Microsoft Product Power Ratings: Build and Ignite Edition
The first five months of 2015 have been marked by nonstop product news from Microsoft, culminating in a pair of back-to-back major conferences. In taking stock of all the announcements, RCP finds that some products have fared better than others.
- By Scott Bekker
- May 12, 2015
With Microsoft's two biggest technical conferences of the year, Build and Ignite, in the rearview mirror, it's time to revisit the RCP Product Power Ratings.
Redmond Channel Partner magazine introduced the Power Ratings last September. The idea, as RCPmag.com Senior Site Producer Gladys Rama wrote at the time, was this: "Microsoft partners tend to rely on certain products in the Microsoft stack to anchor their businesses. At the same time, the fortunes and prospects of those products are constantly rising and falling. For this feature we looked at some of the products that are most commonly sold or extended by Microsoft partners, and rated them on a scale of 1 to 10 (with 10 being the best) based on market demand, Microsoft priority, partner incentives and other factors."
As we survey the field of products, we're pretty comfortable with a lot of our existing rankings from September. We didn't hand out any 10s -- that ranking would be reserved for historically white-hot releases, say Windows 95, or, to cite a current competitive example, the Apple iPhone 6. But half a year later and post-Build/Ignite, we stand by our 9 ratings for both Microsoft Azure and Office 365. Microsoft remains committed to cloud, is investing incredible development resources in both product families and is seeing extreme market demand for them.
We're also leaving alone our ratings for most of the on-premises servers. There was some buzz, but nothing earth-shattering around Exchange Server (5), SharePoint Server (5) and System Center (7).
So what changed? The only ranking we dropped was for Dynamics CRM Online.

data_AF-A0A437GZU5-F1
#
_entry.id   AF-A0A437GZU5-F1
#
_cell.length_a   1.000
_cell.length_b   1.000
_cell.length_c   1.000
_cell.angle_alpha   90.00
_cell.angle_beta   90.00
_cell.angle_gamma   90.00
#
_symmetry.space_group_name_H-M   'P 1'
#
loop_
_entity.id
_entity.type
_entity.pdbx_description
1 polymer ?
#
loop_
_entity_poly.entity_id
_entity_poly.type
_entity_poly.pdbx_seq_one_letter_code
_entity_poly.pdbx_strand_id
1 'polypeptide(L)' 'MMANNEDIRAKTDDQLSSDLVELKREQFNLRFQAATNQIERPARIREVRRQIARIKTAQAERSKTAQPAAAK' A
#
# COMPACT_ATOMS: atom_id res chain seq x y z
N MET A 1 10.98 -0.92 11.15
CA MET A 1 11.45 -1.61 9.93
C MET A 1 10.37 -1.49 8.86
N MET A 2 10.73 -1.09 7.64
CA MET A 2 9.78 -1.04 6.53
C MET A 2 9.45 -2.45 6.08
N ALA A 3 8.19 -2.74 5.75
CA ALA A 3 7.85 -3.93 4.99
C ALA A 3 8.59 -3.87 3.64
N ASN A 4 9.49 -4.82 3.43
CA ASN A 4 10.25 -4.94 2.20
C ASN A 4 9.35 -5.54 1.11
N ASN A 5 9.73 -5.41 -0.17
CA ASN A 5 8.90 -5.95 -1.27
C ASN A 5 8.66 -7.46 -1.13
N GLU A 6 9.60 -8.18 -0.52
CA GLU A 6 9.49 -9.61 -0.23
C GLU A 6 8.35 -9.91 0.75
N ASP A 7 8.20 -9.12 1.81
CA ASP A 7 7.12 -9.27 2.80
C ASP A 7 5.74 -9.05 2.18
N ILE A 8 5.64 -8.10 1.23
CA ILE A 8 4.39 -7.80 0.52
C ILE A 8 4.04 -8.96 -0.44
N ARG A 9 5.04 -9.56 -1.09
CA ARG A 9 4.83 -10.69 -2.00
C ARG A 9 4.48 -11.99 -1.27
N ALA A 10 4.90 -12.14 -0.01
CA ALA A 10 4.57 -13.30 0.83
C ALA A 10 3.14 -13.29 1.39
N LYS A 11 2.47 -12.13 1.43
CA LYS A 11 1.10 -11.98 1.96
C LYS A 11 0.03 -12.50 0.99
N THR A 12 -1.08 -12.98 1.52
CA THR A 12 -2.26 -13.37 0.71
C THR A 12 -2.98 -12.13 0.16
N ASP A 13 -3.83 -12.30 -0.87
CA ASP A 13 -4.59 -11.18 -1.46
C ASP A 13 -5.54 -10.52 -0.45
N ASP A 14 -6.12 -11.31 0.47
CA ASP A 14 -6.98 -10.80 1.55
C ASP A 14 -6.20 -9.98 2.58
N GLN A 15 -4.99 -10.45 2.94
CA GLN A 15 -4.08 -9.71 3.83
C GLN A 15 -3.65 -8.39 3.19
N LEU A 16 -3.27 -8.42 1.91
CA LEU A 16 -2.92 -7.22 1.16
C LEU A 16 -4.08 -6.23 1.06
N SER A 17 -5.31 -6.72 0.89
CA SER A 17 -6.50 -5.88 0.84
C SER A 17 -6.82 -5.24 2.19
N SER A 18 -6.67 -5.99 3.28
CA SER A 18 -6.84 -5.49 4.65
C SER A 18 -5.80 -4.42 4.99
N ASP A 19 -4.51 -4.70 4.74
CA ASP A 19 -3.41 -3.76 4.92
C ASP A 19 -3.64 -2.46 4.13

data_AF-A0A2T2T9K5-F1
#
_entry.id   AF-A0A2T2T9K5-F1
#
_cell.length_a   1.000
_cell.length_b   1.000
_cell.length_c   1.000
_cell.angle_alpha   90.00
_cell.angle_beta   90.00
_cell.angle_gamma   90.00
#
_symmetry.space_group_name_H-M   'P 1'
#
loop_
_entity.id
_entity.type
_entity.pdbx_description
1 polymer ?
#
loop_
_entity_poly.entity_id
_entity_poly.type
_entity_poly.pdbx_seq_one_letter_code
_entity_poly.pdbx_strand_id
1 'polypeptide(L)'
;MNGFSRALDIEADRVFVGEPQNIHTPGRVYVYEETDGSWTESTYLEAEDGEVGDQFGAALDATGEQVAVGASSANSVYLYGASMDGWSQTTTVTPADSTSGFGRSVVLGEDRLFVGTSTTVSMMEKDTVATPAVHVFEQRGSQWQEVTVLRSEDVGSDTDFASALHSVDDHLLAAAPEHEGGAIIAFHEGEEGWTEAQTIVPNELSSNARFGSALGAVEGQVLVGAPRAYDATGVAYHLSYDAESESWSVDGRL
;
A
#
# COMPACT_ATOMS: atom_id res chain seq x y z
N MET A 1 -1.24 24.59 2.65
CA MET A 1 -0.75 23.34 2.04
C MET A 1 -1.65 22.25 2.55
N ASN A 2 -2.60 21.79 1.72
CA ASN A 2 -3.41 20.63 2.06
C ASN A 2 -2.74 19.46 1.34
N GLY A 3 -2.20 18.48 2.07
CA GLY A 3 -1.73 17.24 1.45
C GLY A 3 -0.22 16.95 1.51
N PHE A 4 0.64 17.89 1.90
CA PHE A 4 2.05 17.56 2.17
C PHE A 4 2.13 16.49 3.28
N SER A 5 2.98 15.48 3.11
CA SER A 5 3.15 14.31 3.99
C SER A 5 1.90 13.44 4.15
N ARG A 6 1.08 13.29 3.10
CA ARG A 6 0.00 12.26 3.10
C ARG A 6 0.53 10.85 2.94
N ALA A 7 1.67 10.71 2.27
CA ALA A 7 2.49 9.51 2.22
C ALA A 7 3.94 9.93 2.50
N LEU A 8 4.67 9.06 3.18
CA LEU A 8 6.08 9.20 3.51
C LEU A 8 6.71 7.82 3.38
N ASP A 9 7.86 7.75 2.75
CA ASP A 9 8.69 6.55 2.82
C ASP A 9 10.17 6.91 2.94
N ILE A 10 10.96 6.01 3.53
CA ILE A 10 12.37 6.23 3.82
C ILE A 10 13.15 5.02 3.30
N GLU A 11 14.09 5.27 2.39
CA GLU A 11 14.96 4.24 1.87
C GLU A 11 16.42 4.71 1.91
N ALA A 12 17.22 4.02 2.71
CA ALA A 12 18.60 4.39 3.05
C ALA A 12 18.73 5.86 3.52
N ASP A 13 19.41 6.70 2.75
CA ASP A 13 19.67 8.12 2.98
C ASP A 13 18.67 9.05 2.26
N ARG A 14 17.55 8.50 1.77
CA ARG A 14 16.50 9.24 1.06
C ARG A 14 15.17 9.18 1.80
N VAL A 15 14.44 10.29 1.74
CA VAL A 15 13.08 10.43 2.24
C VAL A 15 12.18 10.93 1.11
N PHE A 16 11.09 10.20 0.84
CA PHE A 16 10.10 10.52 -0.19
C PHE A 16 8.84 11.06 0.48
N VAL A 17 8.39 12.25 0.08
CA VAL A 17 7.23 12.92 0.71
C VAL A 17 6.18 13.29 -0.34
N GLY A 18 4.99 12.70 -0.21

Previously an 8, we're dropping it to a 7. This change is entirely due to the rumors that Microsoft entertained the possibility of bidding for Salesforce.
The biggest mover is the Windows client, going from 6 to 9. Since we introduced the ratings, Microsoft dropped the bombshell of the free upgrades for a year from Windows 7 and Windows 8, new upgrade and patching models, and a
host of other changes that upend the PC business. If Microsoft gets anywhere near its goal of 1 billion instances of Windows 10, this will be a monumental shift.
We've also bumped up Lync Server/Skype from 7 to 8, and Windows Phone from a 3 to a 4 -- Lync/Skype because of the May general availability of the hotly anticipated Skype for Business Server, and Windows Phone because of all the changes promised in version 10. Rest assured, we stand ready to bust the phone right back down should Windows 10, like Windows Phone 7.5, Windows Phone 8, Windows Phone 8.1 and the Nokia handset business purchase, prove to have far less impact than promised on market adoption for the mobile OS.
Read the full and updated Microsoft Power Ratings feature here. Think we're off by a point or more on some of these ratings? Sound off at firstname.lastname@example.org or leave a comment below.
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Scott Bekker is editor in chief of Redmond Channel Partner magazine.